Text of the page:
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How and what are body armour made of?

Armoured protective waistcoat

Today, the need to protect the soldier in combat has become a pressing issue due to the tremendous advances in weapon development. By and large, there has always been a problem with protection. With the advent of weapons came the issue of protection. For thousands of years, warriors have been protecting their bodies from enemy weapons.

A variety of materials were used to solve this problem. From leather to metal. Imagine the first ‘body armour’ of the ancients. Leather armour covering the most frequently hit places. At the same time, in other countries, armour was made from multiple layers of fabric. Meanwhile, the effectiveness of this armour in that time period was quite high in both cases.

Subsequently, with the spread of iron weapons, metal armour was created. There were also many modifications. Many hundreds and thousands of lives were saved. The pinnacle of the development of metal protection can be considered the armour of medieval knights. Man-tank. And all the more so, moving swiftly on a horse! He was truly a formidable force.

However, such protection had one, but an important disadvantage. Heavy metal. Knight’s armor weighed 30 to 40 kilograms or more. Consequently, if a knight was thrown from a horse, he became an ideal target for infantrymen. Few could fight on the ground in such armour.

The emergence of firearms meant that all the positive aspects of knightly defence came to naught. For a time, protection was forgotten. For a long time it was believed that any defence could be overcome by a bullet. And remember the paintings of the 19th century. Some of the knight’s armour survived only as the ceremonial uniform of officers and generals. In battle they were almost defenceless.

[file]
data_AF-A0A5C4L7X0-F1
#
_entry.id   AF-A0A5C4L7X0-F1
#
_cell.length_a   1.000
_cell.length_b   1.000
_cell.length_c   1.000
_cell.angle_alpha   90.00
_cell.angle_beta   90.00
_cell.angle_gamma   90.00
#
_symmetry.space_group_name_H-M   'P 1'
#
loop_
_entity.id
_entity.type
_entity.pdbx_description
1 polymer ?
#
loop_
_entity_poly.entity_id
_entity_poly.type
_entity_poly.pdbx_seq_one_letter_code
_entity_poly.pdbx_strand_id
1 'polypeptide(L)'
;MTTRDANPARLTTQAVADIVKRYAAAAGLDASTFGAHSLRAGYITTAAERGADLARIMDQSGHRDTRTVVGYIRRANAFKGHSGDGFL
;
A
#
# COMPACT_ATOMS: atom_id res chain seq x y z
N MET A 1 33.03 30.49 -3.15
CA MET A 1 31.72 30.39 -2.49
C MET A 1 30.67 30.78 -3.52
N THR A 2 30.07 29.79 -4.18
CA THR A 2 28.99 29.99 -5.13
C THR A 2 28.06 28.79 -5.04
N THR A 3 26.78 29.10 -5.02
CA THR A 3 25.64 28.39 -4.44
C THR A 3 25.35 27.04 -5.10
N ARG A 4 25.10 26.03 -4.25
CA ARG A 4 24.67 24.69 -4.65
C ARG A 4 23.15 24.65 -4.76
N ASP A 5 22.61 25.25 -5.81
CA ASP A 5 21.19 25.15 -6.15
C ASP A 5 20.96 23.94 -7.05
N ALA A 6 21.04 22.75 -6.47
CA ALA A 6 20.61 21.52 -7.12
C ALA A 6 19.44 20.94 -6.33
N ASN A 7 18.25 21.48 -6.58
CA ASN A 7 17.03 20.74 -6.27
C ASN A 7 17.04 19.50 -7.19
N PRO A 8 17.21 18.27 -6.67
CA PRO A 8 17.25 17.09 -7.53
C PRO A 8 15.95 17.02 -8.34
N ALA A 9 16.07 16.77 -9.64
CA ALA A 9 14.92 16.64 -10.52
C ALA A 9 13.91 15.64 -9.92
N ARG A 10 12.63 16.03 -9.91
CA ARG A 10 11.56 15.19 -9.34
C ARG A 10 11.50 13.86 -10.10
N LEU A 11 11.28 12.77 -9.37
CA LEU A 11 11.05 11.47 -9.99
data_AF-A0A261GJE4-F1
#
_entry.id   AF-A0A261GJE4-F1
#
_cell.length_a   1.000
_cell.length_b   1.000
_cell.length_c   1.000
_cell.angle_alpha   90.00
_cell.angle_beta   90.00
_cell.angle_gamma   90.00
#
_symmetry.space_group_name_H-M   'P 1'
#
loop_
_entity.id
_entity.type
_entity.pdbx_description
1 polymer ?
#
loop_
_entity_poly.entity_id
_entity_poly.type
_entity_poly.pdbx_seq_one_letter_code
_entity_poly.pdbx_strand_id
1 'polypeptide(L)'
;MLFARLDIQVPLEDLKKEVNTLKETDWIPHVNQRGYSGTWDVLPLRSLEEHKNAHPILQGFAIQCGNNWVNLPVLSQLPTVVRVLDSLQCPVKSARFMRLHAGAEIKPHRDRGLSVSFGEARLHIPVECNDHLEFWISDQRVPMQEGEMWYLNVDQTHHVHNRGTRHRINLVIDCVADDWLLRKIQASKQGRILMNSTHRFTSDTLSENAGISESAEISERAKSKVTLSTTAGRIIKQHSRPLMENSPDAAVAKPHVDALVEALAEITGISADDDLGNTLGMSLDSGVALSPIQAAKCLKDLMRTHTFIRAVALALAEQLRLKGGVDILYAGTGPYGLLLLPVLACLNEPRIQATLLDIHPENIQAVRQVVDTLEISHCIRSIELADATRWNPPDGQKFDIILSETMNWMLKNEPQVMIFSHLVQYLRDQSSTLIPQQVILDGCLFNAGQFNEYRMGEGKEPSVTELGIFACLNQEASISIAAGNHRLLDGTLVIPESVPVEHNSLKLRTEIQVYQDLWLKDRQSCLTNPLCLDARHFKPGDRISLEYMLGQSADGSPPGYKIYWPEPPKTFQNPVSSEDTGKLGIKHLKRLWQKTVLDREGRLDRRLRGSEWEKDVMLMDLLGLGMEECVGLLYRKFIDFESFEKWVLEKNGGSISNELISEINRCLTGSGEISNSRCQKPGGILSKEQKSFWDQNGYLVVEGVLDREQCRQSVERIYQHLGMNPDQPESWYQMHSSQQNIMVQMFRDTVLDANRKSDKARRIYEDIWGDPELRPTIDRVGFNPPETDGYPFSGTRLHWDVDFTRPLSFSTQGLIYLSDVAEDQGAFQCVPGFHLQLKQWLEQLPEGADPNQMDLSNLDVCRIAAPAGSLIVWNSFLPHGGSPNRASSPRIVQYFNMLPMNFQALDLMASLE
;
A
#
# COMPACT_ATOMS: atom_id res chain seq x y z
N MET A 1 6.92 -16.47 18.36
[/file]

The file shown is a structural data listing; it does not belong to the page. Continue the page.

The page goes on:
Paradoxically, the interest in personal protection was revived by artillery. When analysing the injuries of soldiers during the First World War, it was found that over 50% of the wounds were caused by shrapnel from artillery shells. The most fatal wounds were to the head and torso. Over half the men died from wounds to the chest and abdomen.

Kiracas were the “grandfathers” of today’s body armour. But “daddies” and “mommies” were no more. In several countries, the development and creation of body armour was established independently of each other. This led to different requirements for protection standards. And these standards differed greatly from one another.

Modern flak jackets

Modern all-purpose flak jackets have significantly higher efficiency and comfort levels, and the ability to change the degree of protection by replacing the armour elements. For example, instead of small plates, which cause the most impact when hit by a bullet, large area plates are used on body armour.

The body armour can be fitted with magazine pouches, radio pouches, grenade pouches and other similar accessories.

The modern bulletproof vest can be taken off in a few seconds and has a special quick-detachable protection system which can be very useful, e.g. when injured, or when you need to quickly retreat or change your position, and a half a kilogram does not make for fast moves.

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